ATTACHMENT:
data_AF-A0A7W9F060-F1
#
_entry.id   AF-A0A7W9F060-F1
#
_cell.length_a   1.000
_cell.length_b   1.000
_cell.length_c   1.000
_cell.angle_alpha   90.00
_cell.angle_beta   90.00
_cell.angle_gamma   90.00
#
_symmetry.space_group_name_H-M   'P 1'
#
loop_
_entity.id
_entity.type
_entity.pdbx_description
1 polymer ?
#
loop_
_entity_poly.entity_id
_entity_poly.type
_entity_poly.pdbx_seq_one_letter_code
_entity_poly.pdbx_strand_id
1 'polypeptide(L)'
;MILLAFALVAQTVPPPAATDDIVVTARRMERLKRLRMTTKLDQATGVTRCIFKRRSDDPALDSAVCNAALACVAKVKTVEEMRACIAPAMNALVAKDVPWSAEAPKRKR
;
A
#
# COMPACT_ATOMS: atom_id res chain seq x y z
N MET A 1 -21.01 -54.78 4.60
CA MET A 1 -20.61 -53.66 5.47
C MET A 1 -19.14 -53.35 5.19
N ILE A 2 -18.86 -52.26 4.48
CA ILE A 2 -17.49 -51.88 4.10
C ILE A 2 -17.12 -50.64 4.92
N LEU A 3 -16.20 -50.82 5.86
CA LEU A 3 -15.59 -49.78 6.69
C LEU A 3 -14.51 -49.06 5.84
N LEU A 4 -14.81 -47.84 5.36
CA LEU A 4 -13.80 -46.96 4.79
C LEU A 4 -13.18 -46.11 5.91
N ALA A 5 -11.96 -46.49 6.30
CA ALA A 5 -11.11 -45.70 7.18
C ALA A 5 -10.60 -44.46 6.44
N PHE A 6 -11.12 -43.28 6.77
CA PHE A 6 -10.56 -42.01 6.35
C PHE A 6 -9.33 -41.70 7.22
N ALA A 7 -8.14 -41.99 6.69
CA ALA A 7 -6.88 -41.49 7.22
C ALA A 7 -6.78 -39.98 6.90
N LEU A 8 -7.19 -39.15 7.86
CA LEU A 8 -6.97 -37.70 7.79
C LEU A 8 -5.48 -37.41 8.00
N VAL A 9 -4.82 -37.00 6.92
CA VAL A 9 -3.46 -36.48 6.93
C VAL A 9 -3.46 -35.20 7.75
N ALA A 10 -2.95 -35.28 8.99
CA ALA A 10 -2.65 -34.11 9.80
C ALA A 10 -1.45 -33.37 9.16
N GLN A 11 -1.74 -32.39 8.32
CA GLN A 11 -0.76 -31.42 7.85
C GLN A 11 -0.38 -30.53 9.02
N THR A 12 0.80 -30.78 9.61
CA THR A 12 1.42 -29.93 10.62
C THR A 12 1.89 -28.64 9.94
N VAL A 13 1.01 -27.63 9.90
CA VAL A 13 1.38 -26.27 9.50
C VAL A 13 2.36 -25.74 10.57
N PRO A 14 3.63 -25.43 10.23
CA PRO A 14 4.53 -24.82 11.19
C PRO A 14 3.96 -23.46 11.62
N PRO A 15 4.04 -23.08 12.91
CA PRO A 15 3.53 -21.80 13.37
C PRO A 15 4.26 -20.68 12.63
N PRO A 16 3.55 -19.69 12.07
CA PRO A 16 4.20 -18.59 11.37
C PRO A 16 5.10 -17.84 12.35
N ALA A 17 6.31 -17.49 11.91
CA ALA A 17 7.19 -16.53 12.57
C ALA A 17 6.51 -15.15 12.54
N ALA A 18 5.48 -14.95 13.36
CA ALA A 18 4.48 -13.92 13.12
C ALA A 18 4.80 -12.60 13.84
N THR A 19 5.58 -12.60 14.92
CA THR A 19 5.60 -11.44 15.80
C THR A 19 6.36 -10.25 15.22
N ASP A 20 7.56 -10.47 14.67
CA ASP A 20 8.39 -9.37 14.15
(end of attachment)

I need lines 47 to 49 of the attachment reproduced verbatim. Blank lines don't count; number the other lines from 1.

CA PHE A 6 -10.56 -42.01 6.35
C PHE A 6 -9.33 -41.70 7.22
N ALA A 7 -8.14 -41.99 6.69